Nice Guys Finish First

Someone asked me the other day who I thought the biggest dicks in the spirits industry were. I wasn't able to answer the question. Not because there aren't any jerks working in the alcohol business, but because I do my best not to interact with them, so I don't really see it. Plus, when certain people have behaved rudely towards me in the past, I think it was mainly because they were stressed out, overwhelmed at a tasting, or just plain tired. I don't ever judge anyone's overall character by how they behave during one precise moment under conditions of duress (that's for Yelp reviewers). Usually, they were nice the next time I ran in to them, or they apologized for behaving curtly.

Even if I could name someone who I thought was a terrible person, I wouldn't write a blog about them specifically. The jerks of the world don't deserve any air time. While it's fun to dig up dirt for the gossip rags, it's not something I'm interested in adding to. I'd rather write a blog about the nice guys of the booze world--people who actually deserve all the positive recognition they get. Don't you want to know who you should be supporting? So here you go. The Top 10 Nice Guy List.

10. Dave Smith - St. George Master Distiller: Few people will bend over backward for you like St. George's Dave Smith. Not only is he incredibly easy-going, talented, and creative, he's also terribly sensitive to his customer's needs. It genuinely pains him when he makes anyone's life more difficult than it is. He's the first person to come by the store to pour new samples for the staff, and he's always willing to give personal tours of the distillery for those who ask. There a few in the distilled spirits industry more genuine and kind-hearted than Dave.

9. George Grant - Owner of Glenfarclas: When you think of legendary Scottish single malt distilleries, you think of Glenlivet, Macallan, Highland Park, and Glenfarclas. The difference between them, however, is the ownership. Glenfarclas distillery has been in the Grant family for centuries and it's still being run today by a guy named George. George Grant is so nice, and so easy going, that it's easy to mistake him for a hired sales rep. For a guy with his pedigree, he's incredibly down to earth and carefree, and surprisingly easy to get a hold of. He's usually the guy behind the table pouring for you at a tasting (when's the last time the Edrington CEO did that?), and it's not uncommon for him to swing by K&L without notice when he's in the area, just to say hello.

8. Steve Ury - Whisky Blogger: As if we didn't already know how nice the man behind SKU's Recent Eats was, just get to know him a bit, or talk to other people who know him--it's almost unreal how nice this man is. Not only is he ethical, considerate, and polite, but he's also quite selfless. David OG and I once made a joke and said: "You bring a gun to a knife fight, and Steve Ury to a 'nice' fight." If more people wrote about spirits with the thought and lack of ego that Steve Ury does, we'd have a much better print industry.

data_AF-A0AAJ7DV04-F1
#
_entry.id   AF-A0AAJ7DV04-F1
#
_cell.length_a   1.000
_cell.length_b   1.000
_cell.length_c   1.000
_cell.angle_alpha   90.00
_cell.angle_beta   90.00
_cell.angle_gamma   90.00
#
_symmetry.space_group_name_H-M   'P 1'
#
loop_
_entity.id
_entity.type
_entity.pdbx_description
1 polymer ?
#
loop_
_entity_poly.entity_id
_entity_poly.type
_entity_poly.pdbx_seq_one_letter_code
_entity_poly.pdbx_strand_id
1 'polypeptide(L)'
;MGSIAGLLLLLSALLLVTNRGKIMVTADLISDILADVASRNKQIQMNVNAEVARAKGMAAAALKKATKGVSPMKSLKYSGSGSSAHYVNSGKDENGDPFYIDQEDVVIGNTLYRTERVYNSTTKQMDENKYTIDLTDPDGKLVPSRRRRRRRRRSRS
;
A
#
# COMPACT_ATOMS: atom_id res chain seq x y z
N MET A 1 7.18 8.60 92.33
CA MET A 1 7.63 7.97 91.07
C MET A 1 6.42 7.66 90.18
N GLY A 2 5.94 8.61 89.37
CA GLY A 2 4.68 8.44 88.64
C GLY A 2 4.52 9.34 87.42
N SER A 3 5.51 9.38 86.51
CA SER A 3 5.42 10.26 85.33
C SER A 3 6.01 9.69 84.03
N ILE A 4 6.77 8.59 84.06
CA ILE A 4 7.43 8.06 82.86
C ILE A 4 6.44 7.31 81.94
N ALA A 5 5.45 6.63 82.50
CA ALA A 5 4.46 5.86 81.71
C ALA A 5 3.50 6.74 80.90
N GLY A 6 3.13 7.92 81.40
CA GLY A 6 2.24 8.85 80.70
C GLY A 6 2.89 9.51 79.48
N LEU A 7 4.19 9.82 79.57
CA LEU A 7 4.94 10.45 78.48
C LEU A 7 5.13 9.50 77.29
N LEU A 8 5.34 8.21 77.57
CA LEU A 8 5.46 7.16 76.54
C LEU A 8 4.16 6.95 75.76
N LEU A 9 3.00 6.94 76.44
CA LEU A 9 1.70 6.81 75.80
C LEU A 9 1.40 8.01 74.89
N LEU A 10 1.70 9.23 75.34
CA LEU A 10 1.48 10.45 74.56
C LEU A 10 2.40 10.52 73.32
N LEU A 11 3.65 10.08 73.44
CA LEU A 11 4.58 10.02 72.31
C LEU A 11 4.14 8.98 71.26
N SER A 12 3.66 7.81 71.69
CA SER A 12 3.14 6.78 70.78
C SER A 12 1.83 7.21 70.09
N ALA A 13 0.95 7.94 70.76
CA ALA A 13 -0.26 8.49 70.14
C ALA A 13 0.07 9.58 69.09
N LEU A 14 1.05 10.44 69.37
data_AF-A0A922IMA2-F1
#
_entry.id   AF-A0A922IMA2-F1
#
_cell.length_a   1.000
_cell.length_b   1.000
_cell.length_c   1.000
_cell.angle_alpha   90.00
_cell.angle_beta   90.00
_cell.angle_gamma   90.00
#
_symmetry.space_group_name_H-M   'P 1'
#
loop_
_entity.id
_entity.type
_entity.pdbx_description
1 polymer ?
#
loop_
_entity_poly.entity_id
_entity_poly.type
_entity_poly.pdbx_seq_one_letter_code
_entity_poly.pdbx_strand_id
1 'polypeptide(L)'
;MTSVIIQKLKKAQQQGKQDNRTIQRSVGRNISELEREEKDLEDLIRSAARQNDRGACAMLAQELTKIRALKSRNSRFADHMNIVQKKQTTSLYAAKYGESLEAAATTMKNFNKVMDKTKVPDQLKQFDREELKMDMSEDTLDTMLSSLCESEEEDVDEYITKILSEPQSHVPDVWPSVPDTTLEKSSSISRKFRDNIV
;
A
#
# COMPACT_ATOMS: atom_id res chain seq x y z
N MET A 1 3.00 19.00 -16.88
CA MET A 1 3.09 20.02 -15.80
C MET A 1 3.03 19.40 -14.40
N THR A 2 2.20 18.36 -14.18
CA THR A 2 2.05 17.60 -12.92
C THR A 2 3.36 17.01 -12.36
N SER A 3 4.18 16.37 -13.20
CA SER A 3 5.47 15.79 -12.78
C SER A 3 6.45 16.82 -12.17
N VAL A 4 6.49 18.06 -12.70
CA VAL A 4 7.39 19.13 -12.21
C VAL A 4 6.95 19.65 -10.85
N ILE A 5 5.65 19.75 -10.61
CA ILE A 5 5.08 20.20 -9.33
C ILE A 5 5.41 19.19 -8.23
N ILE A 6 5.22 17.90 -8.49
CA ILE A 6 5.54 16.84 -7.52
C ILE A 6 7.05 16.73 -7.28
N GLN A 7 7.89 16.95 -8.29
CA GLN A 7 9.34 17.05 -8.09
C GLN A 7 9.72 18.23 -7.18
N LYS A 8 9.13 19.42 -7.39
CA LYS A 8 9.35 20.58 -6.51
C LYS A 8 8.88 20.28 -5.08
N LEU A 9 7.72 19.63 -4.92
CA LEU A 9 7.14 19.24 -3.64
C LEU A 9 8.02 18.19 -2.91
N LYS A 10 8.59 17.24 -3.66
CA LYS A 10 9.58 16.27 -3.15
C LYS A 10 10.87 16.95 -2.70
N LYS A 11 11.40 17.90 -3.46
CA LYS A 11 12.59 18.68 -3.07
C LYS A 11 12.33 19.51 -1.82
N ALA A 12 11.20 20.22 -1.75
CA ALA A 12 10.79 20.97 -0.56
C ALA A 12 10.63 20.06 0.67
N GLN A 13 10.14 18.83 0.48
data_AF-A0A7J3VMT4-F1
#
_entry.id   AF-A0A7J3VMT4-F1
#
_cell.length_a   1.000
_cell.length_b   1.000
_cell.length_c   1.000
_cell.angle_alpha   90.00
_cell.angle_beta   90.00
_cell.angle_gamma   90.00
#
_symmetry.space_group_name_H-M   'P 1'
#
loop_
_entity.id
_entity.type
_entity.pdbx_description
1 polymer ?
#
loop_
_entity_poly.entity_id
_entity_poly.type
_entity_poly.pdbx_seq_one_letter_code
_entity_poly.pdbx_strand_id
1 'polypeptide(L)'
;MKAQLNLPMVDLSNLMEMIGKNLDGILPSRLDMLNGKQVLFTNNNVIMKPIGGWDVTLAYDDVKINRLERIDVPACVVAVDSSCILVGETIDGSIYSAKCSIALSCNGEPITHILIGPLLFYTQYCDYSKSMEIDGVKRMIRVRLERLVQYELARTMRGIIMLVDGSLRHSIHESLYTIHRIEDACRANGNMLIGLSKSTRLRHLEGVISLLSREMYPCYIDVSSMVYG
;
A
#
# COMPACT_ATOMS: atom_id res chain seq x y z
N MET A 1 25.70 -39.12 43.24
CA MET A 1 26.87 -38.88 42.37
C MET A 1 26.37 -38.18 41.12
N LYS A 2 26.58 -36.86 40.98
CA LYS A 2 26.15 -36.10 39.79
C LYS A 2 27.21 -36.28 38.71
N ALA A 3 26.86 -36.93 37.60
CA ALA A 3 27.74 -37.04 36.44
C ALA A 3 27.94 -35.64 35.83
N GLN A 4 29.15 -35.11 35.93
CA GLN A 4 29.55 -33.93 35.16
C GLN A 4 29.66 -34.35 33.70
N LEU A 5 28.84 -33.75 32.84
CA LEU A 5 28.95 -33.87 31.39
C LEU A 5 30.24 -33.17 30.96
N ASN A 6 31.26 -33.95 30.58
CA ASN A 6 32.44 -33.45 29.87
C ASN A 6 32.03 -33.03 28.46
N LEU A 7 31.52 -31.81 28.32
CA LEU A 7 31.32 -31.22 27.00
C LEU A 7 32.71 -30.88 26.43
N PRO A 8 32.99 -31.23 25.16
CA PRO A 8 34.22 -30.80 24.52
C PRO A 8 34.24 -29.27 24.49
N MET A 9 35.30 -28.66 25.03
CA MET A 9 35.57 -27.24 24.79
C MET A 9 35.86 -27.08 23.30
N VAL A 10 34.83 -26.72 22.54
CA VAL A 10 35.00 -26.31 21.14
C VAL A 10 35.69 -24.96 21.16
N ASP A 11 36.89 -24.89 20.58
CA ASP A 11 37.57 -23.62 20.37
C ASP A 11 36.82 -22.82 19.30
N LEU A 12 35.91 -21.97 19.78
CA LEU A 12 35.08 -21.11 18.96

7. Jamie MacKenzie - Ambassador for Morrison-Bowmore: The first time David OG and I met Jamie MacKenzie was at 10 PM after arriving on the late ferry to Port Ellen. We had dinner with him at the Harbor Inn and then embarked on what was one of the most memorable nights of our lives as spirits buyers. Jamie is so full of positive energy and enthusiasm for his job that it's absolutely contagious. There's not a bad bone in his body and he's always a person we look forward to seeing when we have the opportunity.

6. Maurice Hennessy - LVMH: The man who carries on direct lineage from Cognac legend Daniel Hennessy is perhaps my favorite person I've met in the last year. After dining together a few weeks ago, I have a completely different take on Hennessy's products. LVMH has always been a great company to work with, but Maurice took it to a new level. Like I mentioned before with George Grant, there's nothing more impressive than finding humility where you least expect it. Maurice is down-to-earth, funny, brilliantly cynical, yet optimistic about human nature. We have become email buddies since then, talking books and other non-booze related subjects.

5. Ian Chang - Kavalan Master Distiller: I've met Ian Chang on three separate occasions and all three times have resulted in admiration. The man is soft-spoken, considerate, and completely focused on making sure you feel at ease. He's so nice that, in the face of one of the rudest WhiskyFest patrons I've ever experienced, he completely kept his cool and never let the brash behavior fluster him. He's the best thing to happen to the Kavalan whisky company because his demeanor is going to create a lot of loyalty among consumers who interact with him. When you buy Kavalan whisky, it's almost like you're doing it because you like Ian so much.

4. Jean-Gabriel and Emmanuel Camut - Camut Calvados Master Distillers: I've said it before, and I'll say it again: I whole-heartedly believe that the best spirits in the world are made by the Camut brothers in Normandy; and it doesn't hurt that they are also the nicest guys EVER. Gentle, caring, inquisitive, thoughtful, loving, passionate, funny--these are just a few of the words I would use to describe these two brothers. Let's not forget generous, either. If we could, David and I would spend weeks just hanging out with these guys, going through their old stocks and eating rustic dinners in their country home. When booze tastes as good as it does from a Camut bottle, it's a wonderful thing to know your money is going to two wonderful people, as well.